There’s been a lot written about this 100-year Argentinian bond that came out earlier this week.
In fact, I wrote a bit about it in the current issue of MoneyWeek magazine. But I just wanted to revisit it again, because it’s such a beautiful moment.
In some ways, it’s almost too perfect. This is a country that has gone bust eight times in the last 200 years. And five of them were in the last 100 years, which means it’s getting worse, not better.
Now it’s gone and borrowed money over 100 years – because investors were pestering it for the opportunity to do so.
They say they don’t ring a bell at the top of the market.
But surely – surely – this is it?
A Friday morning joke about emerging frontier market debt
Argentina’s latest bond issue will pay out its face value in 2117. By then, barring some Ray Kurzweil-style miracle, everyone old enough to have bought it will almost certainly be dead.
Not that that matters. Because anyone who bought it will no doubt still be around to witness Argentina default on the loan!
Chuckle, chuckle. See what I did there?
At least, this seems to be the reason why the various pundits who are marvelling at anyone lending to Argentina at any rate, for any length of time, reckon that this shows quite extraordinary over-exuberance on the behalf of investors.
I take their point, and it’s not an unreasonable one. A near-8% yield is not to be sniffed at. At that rate, it’ll only take about 12 years for the bond to repay its entire cost of purchase. Yet it still seems to be a little bit keen on the behalf of investors (you can hold a lot of elections and pull a lot of U-turns in 12 years, as we British voters could warn them).
But the real problem with the Argentina bond isn’t so much what happens in terms of the politics and the history of defaults (though those matter too). There are a couple of more mundane, non-Argentina-specific reasons as to why this might be as good as it gets for bond markets broadly. And those are the real reasons why – even at 8% – this Argentinian bond might not be a great purchase.
The real risks of investing in Argentinian debt
Think about it this way. Let’s say you want to lend your money to a global government, and you want to do it in US dollars. Your first port of call is the US. In the world as it currently stands, the US will not default on you. It’s the biggest power in the world and it’s the most reliable credit risk.
Yes, it’s possible that the dollars that the US government repays you with might not be worth what you’d hoped they’d be worth (in other words, you could lose out in “real” terms), but they won’t just turn around and decide not to pay you at all (not yet, at least). That’s why the yield on US Treasuries is sometimes known as the “risk-free rate”.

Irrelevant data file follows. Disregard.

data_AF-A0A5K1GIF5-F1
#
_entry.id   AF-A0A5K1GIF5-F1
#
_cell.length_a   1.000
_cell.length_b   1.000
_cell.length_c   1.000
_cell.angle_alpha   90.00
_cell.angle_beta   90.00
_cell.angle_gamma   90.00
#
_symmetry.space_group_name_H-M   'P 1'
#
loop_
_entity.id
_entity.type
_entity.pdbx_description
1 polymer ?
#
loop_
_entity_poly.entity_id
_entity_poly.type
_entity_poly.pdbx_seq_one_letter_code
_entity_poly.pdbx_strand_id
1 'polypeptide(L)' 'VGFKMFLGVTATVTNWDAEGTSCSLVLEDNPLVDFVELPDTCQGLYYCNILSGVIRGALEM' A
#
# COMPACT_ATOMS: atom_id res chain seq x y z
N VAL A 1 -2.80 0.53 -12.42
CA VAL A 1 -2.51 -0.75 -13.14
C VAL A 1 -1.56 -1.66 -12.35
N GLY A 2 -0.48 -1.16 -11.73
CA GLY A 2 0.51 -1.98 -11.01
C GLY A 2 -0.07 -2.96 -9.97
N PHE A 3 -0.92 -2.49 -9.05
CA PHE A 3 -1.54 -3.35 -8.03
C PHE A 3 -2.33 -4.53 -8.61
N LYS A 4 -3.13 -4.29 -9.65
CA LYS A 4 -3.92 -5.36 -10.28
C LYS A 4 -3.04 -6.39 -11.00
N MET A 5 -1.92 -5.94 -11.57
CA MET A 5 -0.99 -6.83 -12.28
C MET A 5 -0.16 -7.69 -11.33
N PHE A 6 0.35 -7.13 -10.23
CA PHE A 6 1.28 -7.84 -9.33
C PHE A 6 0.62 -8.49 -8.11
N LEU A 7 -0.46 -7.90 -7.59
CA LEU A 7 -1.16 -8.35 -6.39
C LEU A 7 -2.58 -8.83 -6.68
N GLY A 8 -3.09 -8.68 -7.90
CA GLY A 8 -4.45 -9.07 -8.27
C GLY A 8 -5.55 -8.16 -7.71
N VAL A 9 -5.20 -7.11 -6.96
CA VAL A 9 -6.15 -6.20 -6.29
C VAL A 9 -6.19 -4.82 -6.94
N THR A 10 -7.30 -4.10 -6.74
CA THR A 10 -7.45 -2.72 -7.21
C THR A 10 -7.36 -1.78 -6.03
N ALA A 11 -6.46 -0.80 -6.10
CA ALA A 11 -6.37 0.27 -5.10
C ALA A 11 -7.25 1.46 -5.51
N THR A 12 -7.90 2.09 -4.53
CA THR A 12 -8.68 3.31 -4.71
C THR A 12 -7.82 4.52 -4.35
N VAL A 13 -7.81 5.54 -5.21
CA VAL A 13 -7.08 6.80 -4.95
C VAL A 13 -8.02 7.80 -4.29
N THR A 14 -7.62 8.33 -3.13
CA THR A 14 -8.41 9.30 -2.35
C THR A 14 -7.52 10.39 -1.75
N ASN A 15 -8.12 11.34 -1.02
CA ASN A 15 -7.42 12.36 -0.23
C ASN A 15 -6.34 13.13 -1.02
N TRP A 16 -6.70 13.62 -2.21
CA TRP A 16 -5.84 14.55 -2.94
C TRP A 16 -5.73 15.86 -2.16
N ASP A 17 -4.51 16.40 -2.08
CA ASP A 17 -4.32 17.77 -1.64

So if you decide to lend to someone other than the US government, then you have to get paid more than the US government is offering to pay you. The gap between what the US will pay you, and what someone else will pay you, is known as the “credit spread”.
When people talk about credit spreads tightening or widening, what they mean is that the yield investors demand to buy riskier countries or corporations than the US government, is getting smaller (tightening) or getting bigger (widening).
So the real risk here is not so much whether Argentina defaults or not. They might have historically been a bad credit risk but the country is unlikely to stiff its creditors tomorrow.
The real risks are different. One is that the US economy does fine, inflation really does tick higher, and the Fed keeps raising interest rates. That means two things. Firstly, the yield on US Treasuries will go up, which means that – unless credit spreads tighten – the yield on Argentinian bonds will have to go up too, and the price will consequently fall.
Secondly, and more importantly, higher interest rates would probably mean a stronger US dollar. That would make it more expensive for Argentina to pay the interest on these bonds (remember, they’re dollar bonds and Argentina has to turn pesos into dollars to pay the interest on them). In turn, that makes the bonds a bit riskier and again, would drive up yields and push down prices.
The other danger is that the US economy doesn’t do well. In fact, you end up with another deflationary scare. That would drive down US yields and drive up prices of US bonds. “But, wouldn’t that then drive down yields on Argentinian bonds too?” I hear you exclaim.
Ah, no. You see, if deflation hits, everyone will be scared. They will rush for “safe haven” assets. US Treasuries fall into that category, and gold would probably get a bounce too (the Swiss franc and the Japanese yen usually enjoy that sort of thing as well).
But Argentinian bonds are not a “safe haven” by any stretch of the imagination. Instead, what would happen is credit spreads would widen (or even “blow out”, depending on how bad things got) and so, again, markets would demand higher yields on the Argentinian bonds and the price would fall.
As BlackRock’s Sergio Trigo Paz puts it in the FT, “it doesn’t look good either way”.
So the basic problem is that if the US economy gets a lot better or a lot worse any time soon, this bond might not look so clever.
And sure, if you say today that you’re willing to hang on to it for 12 years, you might do OK. But I’ll be interested to see how keen you are on that plan when the bond is in free fall along with other emerging and frontier market debt, or when in three years’ time, all the economic reforms are faltering and the shine is off the new president, or any other number of things that can happen over that time.
In short, this may not be quite as mad as it looks from the outside. But it’s still only the kind of thing you could get away with in a market that’s much closer to the top than to the bottom.